Brits face flights disruption after Kos earthquake
BRITISH holidaymakers are facing travel disruption at the busiest time of the year after a powerful earthquake off the Greek islands and Turkey killed two people, the Government has warned.
Two men, from Sweden and Turkey, died on the Greek island of Kos, while around 200 other people were injured in the quake which also caused cracks to walls and flooding in some buildings in the Turkish resort of Bodrum.
Tourists had to flee their hotel rooms when the tremor, said to have been up to a magnitude of 6.7, struck at around 1.30am, and was followed by aftershocks throughout the night.
There have been no reports of any injuries to British holidaymakers, said Abta, but some tourists spoke of their shock after experiencing the earthquake.
Lauren Duffy, 20, from Merseyside, said glass and broken pieces of marble statues were among the debris strewn near her hotel, a short drive from Kos’s Old Town.
The University of Chester student said: “We were woken up by really aggressive shaking. We didn’t know what it was. You couldn’t find your balance. It was just a scary situation.”
Naomi Ruddock, who is on holiday in Kos with her mother Eleanor, said a staff member told her it was the worst earthquake the area had seen.
The 22-year-old, from London, said: “We were asleep and we just felt the room shaking. The room moved. Literally everything was moving. And it kind of felt like you were on a boat and it was swaying really fast from side to side, you felt seasick.”
The quake came as millions of British holidaymakers are expected to head overseas for their summer holidays and air traffic controllers are dealing with the busiest day in UK aviation history.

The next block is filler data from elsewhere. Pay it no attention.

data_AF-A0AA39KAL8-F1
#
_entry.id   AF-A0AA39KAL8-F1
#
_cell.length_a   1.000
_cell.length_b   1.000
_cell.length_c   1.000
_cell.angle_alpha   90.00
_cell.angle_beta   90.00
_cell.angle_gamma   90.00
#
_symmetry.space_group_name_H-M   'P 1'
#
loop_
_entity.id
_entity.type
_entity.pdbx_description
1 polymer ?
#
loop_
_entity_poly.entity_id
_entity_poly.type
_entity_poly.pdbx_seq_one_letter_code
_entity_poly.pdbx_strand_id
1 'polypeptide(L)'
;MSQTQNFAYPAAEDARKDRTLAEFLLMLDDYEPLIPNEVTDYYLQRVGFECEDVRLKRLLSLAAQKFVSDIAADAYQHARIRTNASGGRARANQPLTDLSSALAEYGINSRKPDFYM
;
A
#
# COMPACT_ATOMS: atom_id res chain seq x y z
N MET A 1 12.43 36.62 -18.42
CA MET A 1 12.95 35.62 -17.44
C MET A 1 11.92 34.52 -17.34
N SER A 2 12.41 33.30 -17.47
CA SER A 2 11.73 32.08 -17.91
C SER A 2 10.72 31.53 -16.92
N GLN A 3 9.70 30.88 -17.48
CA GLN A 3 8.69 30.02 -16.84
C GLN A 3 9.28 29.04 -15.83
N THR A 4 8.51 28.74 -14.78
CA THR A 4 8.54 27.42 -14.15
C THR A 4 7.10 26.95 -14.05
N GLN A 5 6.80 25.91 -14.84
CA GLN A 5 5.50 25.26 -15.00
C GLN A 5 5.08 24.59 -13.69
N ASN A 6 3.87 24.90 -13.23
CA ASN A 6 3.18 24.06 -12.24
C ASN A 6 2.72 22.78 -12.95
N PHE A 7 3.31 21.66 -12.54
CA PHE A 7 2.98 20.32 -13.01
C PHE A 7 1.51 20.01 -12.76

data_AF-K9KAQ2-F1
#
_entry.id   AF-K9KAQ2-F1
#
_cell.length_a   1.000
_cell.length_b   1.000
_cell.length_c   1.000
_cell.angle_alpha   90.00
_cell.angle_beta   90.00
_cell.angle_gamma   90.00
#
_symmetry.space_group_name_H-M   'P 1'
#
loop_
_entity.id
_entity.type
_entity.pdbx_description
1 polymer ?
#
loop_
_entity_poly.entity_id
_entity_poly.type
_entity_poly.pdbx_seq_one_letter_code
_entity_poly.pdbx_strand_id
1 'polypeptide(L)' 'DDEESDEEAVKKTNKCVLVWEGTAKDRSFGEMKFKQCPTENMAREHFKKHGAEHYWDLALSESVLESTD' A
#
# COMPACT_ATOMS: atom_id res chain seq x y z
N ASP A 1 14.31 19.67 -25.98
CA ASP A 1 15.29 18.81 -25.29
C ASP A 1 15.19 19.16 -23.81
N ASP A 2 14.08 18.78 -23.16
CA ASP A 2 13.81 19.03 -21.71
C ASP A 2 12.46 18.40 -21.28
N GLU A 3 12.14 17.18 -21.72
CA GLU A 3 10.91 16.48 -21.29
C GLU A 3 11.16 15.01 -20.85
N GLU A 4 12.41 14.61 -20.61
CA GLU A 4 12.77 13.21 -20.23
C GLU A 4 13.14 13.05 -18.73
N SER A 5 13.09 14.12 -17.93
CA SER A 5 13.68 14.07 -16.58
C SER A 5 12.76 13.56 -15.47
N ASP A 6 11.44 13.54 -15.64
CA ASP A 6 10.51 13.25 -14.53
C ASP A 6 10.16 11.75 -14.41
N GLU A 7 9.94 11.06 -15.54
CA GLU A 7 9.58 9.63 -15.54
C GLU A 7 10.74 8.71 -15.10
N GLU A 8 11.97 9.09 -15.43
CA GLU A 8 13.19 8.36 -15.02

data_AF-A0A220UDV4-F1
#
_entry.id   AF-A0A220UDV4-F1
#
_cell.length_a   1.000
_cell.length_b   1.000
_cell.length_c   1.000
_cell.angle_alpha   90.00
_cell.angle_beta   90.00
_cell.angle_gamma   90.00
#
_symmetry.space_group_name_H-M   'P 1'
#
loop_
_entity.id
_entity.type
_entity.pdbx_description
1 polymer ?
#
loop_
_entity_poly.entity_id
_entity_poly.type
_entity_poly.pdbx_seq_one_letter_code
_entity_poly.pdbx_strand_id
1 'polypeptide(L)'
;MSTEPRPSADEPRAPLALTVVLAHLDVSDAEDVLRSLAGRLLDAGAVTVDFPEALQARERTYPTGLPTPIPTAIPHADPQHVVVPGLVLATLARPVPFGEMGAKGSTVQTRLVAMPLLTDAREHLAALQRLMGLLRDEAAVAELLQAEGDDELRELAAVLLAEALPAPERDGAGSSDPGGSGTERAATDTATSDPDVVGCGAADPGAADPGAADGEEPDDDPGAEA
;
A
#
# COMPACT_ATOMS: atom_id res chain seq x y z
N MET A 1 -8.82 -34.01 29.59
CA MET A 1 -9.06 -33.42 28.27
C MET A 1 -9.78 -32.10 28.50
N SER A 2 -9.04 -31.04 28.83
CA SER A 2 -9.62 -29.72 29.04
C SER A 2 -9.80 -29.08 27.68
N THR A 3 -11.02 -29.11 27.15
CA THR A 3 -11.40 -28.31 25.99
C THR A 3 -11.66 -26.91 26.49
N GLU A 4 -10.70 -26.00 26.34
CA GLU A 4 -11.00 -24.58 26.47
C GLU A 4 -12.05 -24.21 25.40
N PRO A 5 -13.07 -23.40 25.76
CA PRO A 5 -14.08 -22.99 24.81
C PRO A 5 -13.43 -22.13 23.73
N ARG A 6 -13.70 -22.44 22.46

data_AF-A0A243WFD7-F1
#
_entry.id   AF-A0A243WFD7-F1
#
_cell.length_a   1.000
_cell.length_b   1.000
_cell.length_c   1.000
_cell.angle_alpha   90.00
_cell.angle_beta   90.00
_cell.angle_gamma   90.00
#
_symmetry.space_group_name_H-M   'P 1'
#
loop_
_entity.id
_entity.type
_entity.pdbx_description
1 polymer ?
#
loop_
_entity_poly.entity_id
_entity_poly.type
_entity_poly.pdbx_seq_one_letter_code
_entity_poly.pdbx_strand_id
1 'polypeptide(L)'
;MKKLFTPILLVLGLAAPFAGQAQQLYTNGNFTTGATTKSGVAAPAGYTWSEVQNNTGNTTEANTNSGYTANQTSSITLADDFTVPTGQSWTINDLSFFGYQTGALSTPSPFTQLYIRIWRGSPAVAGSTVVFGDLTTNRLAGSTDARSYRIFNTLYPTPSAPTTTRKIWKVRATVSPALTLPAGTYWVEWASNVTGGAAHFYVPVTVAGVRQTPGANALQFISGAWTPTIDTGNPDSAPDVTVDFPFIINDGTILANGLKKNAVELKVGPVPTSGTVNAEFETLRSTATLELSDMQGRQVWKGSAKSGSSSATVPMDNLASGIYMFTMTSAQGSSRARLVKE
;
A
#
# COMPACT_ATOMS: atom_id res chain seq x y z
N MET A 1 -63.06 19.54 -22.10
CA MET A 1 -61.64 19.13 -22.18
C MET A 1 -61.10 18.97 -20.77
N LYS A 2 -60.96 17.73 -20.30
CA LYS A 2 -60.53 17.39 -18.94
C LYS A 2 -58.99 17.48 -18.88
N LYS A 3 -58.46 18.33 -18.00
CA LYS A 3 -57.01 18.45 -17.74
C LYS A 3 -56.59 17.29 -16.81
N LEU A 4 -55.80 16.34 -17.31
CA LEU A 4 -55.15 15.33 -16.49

Abta said Kos Airport has reopened, but warned of delays, and advised visitors to the affected areas to follow the advice of their travel provider, local authorities and the Foreign Office.
A statement from the travel trade organisation said: “Customers imminently due to travel to this region will be contacted by their tour operator, should it be necessary to discuss changes to their holiday arrangements.”
The Government’s latest guidance for travellers to Greece warns: “Flights and ferry services are being significantly disrupted as a result of the earthquake. Please contact your airline, ferry company or tour operator for updates to services.”
Travellers to Turkey are being advised: “There may be disruption to ferry and flight services as a result of the earthquake.”
The Foreign Office also instructs visitors to Greece and Turkey to “be aware of the possibility of aftershocks.”
Travel agent Thomas Cook said all of its 2,682 British customers in Kos and 441 in Bodrum are accounted for.
A statement said: “Our teams in the resort areas affected by the earthquake and in our customer centres are supporting customers currently on holiday in the region. We have no reports of any injuries and there is little impact on our hotels.”